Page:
However, sometimes, there are internal changes in a council policy, that are not communicated to all parties. This may be a change in policy on vapour risk assessments, groundwater risk assessments, groundwater monitoring, etc. In these circumstances a little extra bit of SI may be required to push it over the line.

For a Phase 1 Desk Study, can I get away with a Site Check Report or similar?
Based on Land Contamination: Risk Management (the guidance that underpins contaminated land risk assessment), the simple answer is no. The site check forms an important part, but it must be supplemented by a whole heap of information. This information is then assessed as a whole. If you just have a Site Check Report, you could miss important contamination sources or even be lulled into thinking the site is contaminated when it is not.
Can I get away with just a couple of soil tests?
The answer to this question depends on the circumstances of the SI/Report that is required, the regulatory framework for the report and your own evaluation of risk.

Less sampling and testing mean more uncertainty. If you can adequately manage that uncertainty, then great; but uncertainty can lead to conservatism and an over engineered design. So, we must always balance risk and reward. We request that you are open with us in this regard, so we can have an honest conversation about what you need.

Why are you now asking for more samples and data?
We cannot exactly predict the results of the chemical laboratory analysis that we commission. If we could, we would be billionaires!

Sometimes the results are uncertain, i.e., we get a couple of positives and the rest negative. More samples mean more certainty in the data, which lead to better evidence-based decisions being made and provides reassurance when a council officer reviews the report. We mainly want to avoid one scenario, the false positive. False positives mean you remediate a site when it is not required. Sometimes more info aids this.

Why do council requirements differ so much?
Some councils have very specific requirements to fulfil. Whether this is Camden Council and its Basement Impact Assessment/Damage Category Assessments or the concerns the Royal Borough of Kensington and Chelsea (RBKC) and Hammersmith and Fulham have with volatile vapour inhalation. Hackney Council has specific contamination risk assessment procedures for small developments, and West Sussex/West Berks and Wokingham have their concerns in relation to groundwater flooding.

The area’s specific geology and history will mean that councils will have different concerns. Therefore, a one size fits all policy may not be appropriate, so some adaptation of SI requirements may be needed in certain areas. The earlier we talk about this the better.


How come you missed the contamination?
You will be aware that we cannot excavate every single cm3 of Made Ground from the site, pass it all through a mass spectrometer and let you know the chemical make-up. Site Investigation and risk assessment is a balance between data and uncertainty. It is up to us to manage that balance with you.

Occasionally, unexpected contamination is found, beneath buildings or slabs not previously accessed or in the ground between trial pits where no source was identified for its presence.

This can be dealt with fairly easily. Discuss the occurrence with your engineer and we can visit, assess the issue, and provide advice on dealing with it. This can be done without it becoming a big problem causing delays.


Do I need ground-gas monitoring if I have deep Made Ground, Alluvium, or a backfilled gravel pit nearby?
It is not an automatic yes. Most of these sources, unless in exceptional circumstances, will not be sufficient to produce ground-gas in any significant quantities. There will be site specific details which will have to be reviewed, but such sources do not automatically mean expensive and time-consuming monitoring.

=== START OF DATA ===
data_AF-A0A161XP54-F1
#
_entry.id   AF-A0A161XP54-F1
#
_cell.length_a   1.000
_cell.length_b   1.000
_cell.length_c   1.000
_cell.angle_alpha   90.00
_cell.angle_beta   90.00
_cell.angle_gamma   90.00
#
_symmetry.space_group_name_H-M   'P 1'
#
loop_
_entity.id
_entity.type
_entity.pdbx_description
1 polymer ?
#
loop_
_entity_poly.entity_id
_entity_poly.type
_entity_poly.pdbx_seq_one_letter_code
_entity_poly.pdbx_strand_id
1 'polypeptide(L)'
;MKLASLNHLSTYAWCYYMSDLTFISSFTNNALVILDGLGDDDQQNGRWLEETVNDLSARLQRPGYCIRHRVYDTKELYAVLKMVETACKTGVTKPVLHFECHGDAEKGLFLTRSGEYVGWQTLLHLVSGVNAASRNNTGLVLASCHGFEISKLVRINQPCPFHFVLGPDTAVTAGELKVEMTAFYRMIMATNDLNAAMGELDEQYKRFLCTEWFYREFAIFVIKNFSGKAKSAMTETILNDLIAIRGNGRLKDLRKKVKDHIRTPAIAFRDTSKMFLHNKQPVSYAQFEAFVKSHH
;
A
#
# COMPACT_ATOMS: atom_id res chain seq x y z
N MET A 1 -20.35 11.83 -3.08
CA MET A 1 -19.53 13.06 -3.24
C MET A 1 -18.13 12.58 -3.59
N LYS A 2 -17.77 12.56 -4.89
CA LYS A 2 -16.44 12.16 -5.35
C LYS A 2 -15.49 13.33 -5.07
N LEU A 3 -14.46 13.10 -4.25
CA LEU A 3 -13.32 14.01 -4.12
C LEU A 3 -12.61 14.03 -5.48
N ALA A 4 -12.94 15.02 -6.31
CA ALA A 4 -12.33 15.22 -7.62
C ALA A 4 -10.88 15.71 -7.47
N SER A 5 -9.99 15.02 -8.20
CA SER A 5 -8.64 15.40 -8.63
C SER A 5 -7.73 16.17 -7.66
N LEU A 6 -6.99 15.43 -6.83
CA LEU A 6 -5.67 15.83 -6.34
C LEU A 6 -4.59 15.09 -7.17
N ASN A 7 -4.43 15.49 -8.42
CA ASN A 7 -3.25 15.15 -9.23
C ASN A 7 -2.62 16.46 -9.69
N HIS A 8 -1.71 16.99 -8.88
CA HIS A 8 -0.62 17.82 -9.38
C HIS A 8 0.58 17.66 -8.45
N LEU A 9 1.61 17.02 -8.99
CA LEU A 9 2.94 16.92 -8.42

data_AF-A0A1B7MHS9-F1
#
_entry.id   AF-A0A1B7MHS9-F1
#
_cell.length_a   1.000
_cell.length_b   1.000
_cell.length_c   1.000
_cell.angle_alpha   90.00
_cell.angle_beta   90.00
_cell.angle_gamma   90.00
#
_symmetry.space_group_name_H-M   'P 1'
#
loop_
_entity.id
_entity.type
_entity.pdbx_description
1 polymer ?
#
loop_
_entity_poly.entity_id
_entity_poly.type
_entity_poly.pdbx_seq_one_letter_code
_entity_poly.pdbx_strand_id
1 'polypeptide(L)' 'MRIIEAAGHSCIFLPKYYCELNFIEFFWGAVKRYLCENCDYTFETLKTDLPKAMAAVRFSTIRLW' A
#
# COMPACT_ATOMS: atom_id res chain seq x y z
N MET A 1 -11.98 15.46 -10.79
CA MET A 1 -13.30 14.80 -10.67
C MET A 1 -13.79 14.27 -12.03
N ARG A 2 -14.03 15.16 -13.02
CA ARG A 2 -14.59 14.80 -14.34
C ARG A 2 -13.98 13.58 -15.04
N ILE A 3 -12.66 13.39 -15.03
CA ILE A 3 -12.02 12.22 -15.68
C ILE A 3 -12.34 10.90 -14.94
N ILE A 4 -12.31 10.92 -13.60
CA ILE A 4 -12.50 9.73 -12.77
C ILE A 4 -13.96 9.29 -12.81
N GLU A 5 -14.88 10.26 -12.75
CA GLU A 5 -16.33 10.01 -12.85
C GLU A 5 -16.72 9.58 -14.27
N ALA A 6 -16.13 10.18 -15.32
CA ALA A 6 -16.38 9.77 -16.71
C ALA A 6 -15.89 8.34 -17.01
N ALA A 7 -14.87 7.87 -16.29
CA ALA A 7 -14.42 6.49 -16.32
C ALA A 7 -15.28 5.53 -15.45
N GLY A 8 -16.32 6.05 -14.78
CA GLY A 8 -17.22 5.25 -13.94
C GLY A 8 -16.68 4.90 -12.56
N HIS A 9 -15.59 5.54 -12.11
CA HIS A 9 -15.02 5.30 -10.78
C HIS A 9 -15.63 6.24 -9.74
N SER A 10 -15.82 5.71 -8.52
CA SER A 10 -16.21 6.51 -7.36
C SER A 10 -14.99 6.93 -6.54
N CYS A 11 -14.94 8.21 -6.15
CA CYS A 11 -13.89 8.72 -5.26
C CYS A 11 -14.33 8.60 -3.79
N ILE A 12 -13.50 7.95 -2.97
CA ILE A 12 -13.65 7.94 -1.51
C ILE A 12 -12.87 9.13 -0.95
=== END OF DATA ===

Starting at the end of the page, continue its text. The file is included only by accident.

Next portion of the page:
If I have CO2 over 5% or CH4 over 1% in my monitoring data, does that mean membranes and gas protection?
Gas protection is always a consideration, but definitely not a must. Ground-gas monitoring results need referencing back to the Conceptual Site Model (CSM) and detailed evaluation of measurements, flow, sources, and the proposed development taken into account first.
Is it easier just to install a membrane?
No No No! Gas protection measures are actually quite difficult to get right and verified appropriately. Any drop in standards during installation and verification, may mean time consuming and costly risk assessment, to determine if they were needed in the first place and possible retrofitting. It is much easier to get the risk assessment right in the first place and definitively determine requirements.

Delays caused by site issues

Concrete and hardstanding breaking out is delaying our SI. What should we do?
Sometimes you come across a site, with concrete hardstanding, where the concrete is just absolutely rock hard. It can barely be scratch by a modern handheld jack hammer and blunts drill bits. This is not your average lean mix or similar, but proper old school concrete. In these circumstances, if suspected, it may be better to use diamond drillers to cut out the locations.
Why is my report taking so long?
We are invested in you and your project, and our primary goal is to get you building as quickly as possible. That said, with a Contaminated Land or Geotechnical report, being almost the equivalent of a master’s dissertation; it takes a bit of time to collect accurate high-quality data, formulate an opinion, discuss uncertainties, and produce the report.

And getting it right is in all our best interests.

Why do you have to repeat the soakage tests?
We found the ground was unstable when we started to flood the trial pits. The last thing we need is for a trial pit to go from 2m long and 0.45m wide, to 3.0m long and 1.5m wide, due to collapse when the water is introduced. In these circumstances it is sometimes better to consider backfilling the pit with flint rejects (or similar approved certified clean gap graded material) and install a well to keep things safe. More expensive initially but less in the long run as this way we can get usable data.
Why is the regulator questioning the borehole locations sunk during the previous Site Investigation?
It is probably due to poor GPS coordinates. Knowing exactly where boreholes and trial pits are is vitally important, especially if they reveal a hotspot of contamination, which you then need to remediate at a later date.
Dense ground has resulted in our application being refused. Why?